More information on conducting remote proceedings in the courts is available online. More information on best practices for Zoom hearings is also available online.
How are courts handling emergency motions?
Courts are conducting civil ex parte and emergency hearings per the usual course, except that the hearings are over Zoom. Counsel should file papers as they normally would and contact the session clerk about scheduling a hearing. Each week, a judge is assigned to handle emergency civil matters, so it is possible to get a same-day hearing in appropriate circumstances.
Are courts conducting evidentiary hearings over Zoom?
Yes they are. Many courts are conducting evidentiary hearings and jury-waived trials over Zoom. To assist this process, the Trial Court recently created a special committee that has prepared a “Procedural Guide to Managing Evidence in Virtual Proceedings.” The Guide offers useful suggestions and guidelines to litigants, attorneys, judges and other court personnel regarding the preparation and submission, presentation, and retention of physical and electronic evidence in virtual, non-jury court proceedings. The first edition of the Guide currently is being reviewed and piloted in select sessions in the various Trial Court departments. Judge Davis expects that, if all goes well, the finalized Guide will be publicly disseminated early in 2021.
Judge Davis pointed out that the new Mass. Guide to Evidence Section 1119, adopted in August 2020, also is worth reviewing prior to participating in a virtual hearing. Section 1119 provides, in part, that judges cannot refuse to consider digital evidence simply because it is contained on a personal electronic device.
Judge Davis believes that the best practice for introducing exhibits for evidentiary hearings is for counsel to identify all exhibits (both agreed-upon and contested) ahead of time, then make sure each party, each witness and the judge have a hard copy of the exhibits with them during the Zoom proceedings. Counsel should pre-mark agreed-upon exhibits with numbers and disputed exhibits with letters. Counsel can then ask the witness to confirm verbally that he or she is looking at the correct document. The submission and use of exhibits at trial are covered by Judge Davis’ pre-trial order. Counsel can expect such pre-trial orders to detail exactly how Zoom can — and cannot — be used during the conduct of trials. For example, instead of standing, counsel making objections are instructed to raise a “virtual hand” on Zoom.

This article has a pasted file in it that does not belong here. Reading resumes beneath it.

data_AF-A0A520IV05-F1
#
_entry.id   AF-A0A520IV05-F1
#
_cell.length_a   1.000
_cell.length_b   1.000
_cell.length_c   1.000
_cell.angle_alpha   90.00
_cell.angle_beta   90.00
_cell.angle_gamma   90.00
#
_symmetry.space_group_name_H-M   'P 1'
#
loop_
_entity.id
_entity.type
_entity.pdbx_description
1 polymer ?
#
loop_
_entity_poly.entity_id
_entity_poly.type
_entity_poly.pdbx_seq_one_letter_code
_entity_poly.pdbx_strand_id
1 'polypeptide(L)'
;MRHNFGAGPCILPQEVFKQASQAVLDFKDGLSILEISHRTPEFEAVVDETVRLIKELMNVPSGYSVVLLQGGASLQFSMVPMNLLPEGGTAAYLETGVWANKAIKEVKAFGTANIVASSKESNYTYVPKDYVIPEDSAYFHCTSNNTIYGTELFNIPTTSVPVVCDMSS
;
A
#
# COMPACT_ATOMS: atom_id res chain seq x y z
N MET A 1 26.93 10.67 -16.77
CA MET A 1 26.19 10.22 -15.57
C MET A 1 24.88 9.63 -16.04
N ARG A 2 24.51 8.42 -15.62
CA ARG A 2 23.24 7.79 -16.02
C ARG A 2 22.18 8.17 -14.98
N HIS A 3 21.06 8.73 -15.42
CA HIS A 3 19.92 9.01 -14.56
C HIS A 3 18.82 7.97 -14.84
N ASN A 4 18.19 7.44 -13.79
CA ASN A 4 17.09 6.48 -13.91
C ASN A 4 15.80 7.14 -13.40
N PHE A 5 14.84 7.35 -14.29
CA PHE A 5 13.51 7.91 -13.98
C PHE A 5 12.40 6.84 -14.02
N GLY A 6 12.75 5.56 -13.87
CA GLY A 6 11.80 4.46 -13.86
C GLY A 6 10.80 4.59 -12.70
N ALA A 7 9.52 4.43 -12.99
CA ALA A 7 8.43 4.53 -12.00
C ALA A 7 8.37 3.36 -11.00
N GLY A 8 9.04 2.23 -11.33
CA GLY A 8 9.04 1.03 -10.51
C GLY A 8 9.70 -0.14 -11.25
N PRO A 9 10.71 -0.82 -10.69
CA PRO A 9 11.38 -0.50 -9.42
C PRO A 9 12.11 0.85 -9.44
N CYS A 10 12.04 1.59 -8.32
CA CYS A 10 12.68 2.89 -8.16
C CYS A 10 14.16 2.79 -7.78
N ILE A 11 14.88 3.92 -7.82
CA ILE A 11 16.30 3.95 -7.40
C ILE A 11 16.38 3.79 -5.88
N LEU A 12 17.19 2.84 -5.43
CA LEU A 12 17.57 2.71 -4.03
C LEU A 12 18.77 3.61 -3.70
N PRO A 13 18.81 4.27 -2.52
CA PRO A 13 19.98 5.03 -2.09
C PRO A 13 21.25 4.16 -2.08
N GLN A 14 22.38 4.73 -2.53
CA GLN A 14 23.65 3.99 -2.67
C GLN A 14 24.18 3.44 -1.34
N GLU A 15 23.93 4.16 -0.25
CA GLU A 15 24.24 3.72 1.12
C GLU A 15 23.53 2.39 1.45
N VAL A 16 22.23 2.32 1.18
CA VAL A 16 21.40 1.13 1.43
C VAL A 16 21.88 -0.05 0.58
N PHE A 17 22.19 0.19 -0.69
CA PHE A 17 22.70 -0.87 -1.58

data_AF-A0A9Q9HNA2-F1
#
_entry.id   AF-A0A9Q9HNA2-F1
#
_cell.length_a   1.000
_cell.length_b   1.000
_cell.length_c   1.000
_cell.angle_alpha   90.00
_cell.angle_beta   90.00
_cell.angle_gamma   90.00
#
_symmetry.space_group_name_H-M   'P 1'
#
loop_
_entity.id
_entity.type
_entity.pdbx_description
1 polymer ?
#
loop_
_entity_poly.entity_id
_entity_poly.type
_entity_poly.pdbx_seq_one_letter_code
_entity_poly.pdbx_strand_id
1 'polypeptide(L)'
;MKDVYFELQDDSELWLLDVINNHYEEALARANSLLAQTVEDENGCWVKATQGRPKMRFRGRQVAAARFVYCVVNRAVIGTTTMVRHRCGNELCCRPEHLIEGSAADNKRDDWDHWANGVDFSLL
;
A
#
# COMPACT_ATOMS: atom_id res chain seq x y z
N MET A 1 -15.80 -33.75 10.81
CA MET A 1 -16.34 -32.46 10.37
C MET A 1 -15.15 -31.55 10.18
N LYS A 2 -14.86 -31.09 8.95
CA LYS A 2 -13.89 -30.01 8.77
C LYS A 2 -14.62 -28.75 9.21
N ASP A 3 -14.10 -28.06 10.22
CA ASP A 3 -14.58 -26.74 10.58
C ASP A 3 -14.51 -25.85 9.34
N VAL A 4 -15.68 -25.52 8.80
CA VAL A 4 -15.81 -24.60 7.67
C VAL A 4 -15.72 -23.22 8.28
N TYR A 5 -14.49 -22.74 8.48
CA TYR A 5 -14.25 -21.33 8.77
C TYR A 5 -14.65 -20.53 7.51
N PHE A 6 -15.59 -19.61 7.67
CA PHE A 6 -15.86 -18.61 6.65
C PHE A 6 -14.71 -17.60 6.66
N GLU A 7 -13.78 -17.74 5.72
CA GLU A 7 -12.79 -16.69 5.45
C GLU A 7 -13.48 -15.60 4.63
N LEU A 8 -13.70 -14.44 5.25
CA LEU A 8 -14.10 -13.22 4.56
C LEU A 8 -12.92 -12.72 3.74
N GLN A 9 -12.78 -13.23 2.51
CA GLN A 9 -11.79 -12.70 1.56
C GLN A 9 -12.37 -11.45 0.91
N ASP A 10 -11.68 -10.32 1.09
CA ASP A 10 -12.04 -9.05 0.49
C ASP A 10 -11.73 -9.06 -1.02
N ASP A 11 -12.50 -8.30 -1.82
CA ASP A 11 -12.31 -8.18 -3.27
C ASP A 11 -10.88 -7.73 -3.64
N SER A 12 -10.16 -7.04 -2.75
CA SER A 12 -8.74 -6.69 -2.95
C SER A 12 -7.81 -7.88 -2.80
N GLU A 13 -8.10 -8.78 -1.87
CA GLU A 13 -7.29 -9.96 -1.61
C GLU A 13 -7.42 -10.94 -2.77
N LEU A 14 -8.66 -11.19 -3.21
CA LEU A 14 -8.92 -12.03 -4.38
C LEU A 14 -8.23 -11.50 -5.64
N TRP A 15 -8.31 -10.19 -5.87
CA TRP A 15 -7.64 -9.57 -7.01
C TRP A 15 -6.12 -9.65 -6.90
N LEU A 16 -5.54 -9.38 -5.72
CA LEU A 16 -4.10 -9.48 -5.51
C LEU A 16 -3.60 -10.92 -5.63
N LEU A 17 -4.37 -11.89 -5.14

Some litigants choose to use the “screen share” capability on Zoom or to put links to exhibits in the chat room, especially for impeachment purposes (e.g., counsel does not want the witness to see a document prior to showing it to him or her). For non-impeachment evidence, however, it is better practice for counsel to have hard copies distributed to all parties to the proceeding ahead of time.
Keep in mind that Zoom hearings must, whenever possible, be recorded on the courts’ FTR system, not on Zoom. Therefore, absent special permission, there is no video recording of the Zoom hearing.
When will trials resume?
The answer is, it depends.